Articles | May 11, 2020
One of the more difficult issues insurance policyholders face is when to notify carriers about claims. While experience tells us that sooner is almost always better, knowing what constitutes a claim is not as straightforward as it may seem. The definition of a “claim” varies depending on the carrier, policy type, and policy form, and it may include lawsuits, regulatory investigations or proceedings, written demands for damages, data incidents or a combination of these. Potential claims – or even circumstances that simply increase the possibility of a claim – sometimes warrant notifying your carrier.
Failure to provide notice on a timely basis may result in either loss of certain coverage or outright denial of otherwise covered claims. Late notice is not a precisely defined term but, generally, may be considered any period after that specified in a policy. However, many states also require that the carrier demonstrate that the late notice has caused it financial harm, meaning that the late notice did or will directly affect the amount of the paid loss.
In short, it is safe to assume that placing a carrier on notice as soon as you become aware of a claim or the circumstances that may give rise to a claim is the most prudent approach. However, you should consult with your legal counsel to determine the best course of action for the specific circumstances.
Here are our observations about timing notices depending on the types of coverage.
In addition to claims and circumstances that may give rise to a claim, you should file a notice with your carrier as soon as possible if, for example, you become aware of:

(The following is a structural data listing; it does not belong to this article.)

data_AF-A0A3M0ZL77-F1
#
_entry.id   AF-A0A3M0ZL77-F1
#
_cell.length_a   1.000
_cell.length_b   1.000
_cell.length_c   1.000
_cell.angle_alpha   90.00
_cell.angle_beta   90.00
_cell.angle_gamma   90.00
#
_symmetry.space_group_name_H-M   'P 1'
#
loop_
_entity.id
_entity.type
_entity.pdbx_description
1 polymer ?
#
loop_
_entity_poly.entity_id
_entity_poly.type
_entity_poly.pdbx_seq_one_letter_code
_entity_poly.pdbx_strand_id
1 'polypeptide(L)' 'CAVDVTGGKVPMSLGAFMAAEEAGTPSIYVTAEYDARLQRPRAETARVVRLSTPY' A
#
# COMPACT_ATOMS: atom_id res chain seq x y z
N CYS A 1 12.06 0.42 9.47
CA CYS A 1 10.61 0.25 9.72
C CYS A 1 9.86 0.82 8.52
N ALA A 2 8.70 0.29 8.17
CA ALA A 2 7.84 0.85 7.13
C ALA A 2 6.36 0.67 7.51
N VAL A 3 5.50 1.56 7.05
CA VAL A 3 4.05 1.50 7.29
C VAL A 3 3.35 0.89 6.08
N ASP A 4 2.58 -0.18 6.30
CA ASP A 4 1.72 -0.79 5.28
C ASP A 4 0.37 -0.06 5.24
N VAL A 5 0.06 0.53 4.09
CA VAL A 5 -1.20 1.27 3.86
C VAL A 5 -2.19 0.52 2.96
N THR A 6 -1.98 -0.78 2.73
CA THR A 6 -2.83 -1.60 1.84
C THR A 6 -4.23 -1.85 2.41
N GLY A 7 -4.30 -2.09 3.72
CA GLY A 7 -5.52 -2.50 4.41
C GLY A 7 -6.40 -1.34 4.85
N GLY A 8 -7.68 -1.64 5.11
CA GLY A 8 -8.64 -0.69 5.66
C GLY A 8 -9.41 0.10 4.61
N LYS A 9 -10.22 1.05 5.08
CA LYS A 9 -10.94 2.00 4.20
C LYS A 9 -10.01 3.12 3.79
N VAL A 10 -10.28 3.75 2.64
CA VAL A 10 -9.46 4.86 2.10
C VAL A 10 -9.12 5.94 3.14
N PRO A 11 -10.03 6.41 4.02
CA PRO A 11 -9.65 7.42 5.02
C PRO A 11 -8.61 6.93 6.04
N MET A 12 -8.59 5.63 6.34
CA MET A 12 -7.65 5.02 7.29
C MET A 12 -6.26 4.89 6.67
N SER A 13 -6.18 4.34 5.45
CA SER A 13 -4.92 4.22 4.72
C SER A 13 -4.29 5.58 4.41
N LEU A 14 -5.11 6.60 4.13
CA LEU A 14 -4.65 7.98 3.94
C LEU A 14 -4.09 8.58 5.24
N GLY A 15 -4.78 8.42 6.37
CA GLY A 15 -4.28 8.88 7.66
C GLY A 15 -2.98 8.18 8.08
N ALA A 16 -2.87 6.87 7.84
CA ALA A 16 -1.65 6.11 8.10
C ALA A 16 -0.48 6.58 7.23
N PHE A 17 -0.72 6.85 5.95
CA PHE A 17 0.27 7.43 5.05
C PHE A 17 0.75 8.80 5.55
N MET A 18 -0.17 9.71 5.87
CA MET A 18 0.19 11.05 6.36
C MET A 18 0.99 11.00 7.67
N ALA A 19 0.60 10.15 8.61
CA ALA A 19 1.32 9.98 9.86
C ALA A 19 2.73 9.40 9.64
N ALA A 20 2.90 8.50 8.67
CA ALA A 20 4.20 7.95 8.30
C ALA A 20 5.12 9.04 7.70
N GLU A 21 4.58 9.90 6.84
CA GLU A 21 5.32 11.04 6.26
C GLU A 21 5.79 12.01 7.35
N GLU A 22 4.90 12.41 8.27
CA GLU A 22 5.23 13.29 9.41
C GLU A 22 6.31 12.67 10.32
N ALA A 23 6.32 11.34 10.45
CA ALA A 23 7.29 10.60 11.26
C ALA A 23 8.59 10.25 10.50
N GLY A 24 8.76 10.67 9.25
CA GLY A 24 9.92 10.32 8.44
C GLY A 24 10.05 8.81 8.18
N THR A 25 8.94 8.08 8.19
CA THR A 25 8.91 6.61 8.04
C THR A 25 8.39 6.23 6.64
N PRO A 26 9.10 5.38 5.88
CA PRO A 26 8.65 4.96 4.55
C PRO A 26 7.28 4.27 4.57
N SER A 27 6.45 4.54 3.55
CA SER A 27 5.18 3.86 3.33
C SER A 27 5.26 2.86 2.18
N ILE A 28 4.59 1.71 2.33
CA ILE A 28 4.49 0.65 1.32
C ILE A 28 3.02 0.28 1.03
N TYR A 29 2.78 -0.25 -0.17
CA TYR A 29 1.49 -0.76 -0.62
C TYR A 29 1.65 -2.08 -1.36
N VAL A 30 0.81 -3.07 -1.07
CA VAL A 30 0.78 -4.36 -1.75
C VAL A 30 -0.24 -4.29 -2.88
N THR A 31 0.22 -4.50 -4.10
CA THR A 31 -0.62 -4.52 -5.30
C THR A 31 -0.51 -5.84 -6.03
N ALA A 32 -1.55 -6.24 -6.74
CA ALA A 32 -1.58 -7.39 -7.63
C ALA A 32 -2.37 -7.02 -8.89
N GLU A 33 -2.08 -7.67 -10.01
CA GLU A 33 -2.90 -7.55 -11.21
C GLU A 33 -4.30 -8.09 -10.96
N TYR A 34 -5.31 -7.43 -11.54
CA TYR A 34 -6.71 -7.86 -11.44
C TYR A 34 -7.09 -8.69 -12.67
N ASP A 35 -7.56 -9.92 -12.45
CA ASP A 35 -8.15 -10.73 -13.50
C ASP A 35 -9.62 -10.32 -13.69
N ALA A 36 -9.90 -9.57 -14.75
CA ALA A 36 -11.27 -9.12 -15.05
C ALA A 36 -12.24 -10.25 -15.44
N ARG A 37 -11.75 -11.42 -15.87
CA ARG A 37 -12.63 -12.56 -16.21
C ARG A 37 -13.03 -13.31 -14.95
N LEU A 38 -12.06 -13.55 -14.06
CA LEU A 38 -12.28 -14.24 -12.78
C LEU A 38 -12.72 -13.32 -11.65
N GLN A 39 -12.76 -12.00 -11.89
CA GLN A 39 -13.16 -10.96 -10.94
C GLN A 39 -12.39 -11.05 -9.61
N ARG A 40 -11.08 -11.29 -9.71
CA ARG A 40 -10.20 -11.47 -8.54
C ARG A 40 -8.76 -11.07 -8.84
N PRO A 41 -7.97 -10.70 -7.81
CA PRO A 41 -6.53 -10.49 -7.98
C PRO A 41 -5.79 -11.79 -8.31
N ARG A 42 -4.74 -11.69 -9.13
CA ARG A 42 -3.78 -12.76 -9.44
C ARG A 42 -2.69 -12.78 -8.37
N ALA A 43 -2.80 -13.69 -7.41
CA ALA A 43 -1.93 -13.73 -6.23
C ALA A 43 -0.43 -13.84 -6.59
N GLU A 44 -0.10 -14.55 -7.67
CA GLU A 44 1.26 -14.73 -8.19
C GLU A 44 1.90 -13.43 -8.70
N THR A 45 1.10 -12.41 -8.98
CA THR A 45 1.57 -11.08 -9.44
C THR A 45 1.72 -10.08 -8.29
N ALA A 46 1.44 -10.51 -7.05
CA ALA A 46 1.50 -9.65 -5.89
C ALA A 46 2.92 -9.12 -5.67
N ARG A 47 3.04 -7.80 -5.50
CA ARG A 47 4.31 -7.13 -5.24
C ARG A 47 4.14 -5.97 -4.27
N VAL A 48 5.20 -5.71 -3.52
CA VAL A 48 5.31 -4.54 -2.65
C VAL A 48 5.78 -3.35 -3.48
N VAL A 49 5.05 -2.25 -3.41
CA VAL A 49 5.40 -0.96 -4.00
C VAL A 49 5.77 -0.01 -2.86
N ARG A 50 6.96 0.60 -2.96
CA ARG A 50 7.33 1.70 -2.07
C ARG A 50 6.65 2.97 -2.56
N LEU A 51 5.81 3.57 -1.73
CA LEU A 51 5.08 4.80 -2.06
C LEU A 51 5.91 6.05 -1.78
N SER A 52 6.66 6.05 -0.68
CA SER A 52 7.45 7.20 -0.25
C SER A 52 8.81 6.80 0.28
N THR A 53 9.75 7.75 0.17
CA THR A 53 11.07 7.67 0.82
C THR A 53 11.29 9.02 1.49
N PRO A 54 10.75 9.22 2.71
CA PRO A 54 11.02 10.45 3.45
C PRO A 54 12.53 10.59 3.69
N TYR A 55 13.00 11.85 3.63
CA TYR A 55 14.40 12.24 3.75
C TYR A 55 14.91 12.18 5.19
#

You should consider filing notice of these claims immediately, because we have observed that the longer an EPLI claim is outstanding, the more expensive it will be to resolve. This is especially true during times when hiring decisions may fluctuate and allegations of discrimination, retaliation, failure to hire and wrongful termination may arise.
During a moment of crisis, making tough decisions that balance the needs of key stakeholders can sometimes lead to greater risks (and claims) against insureds, their employees, and their organizations. Many policies include a “duty to defend” that is broader than the duty to reimburse claims. However, when deciding whether to take control of defense of a claim or tender it to your insurance carrier, you should refer to the policy as soon as possible to determine any time constraints.
Notice of a data event (or a social engineering fraud loss, if such coverage is provided under the policy) may trigger outreach and support by carrier’s professional expert team as a service included in the policy, so it is in your best interest to give the carrier notice of an event as soon as you become aware.
Generally, you should file a notice of loss as soon possible and a proof of loss within the timeframe specified under the policy. Timing and other obligations can vary by carrier and policy form.
Sponsors of public sector plans need to consult legal counsel to determine their specific state employment dishonesty bond requirements.
If you have questions about the value of notifying insurance carriers promptly about claims for any of the types of coverage listed above or concerns about the implications of giving notice of a claim, please contact your Segal insurance broker.
We’ll provide assistance to help you think through some of the coverage issues. In addition, Segal can help you prepare for filing a claim with an insurance carrier and determine what the carrier needs in response to the receipt of a claim, but only the insurance carrier can determine its final position. Because insurance policies are legal contracts, legal counsel always should be consulted if issues arise with carriers or claims.
This page is for informational purposes only and does not constitute legal, tax or investment advice. You are encouraged to discuss the issues raised here with your legal, tax and other advisors before determining how the issues apply to your specific situations.
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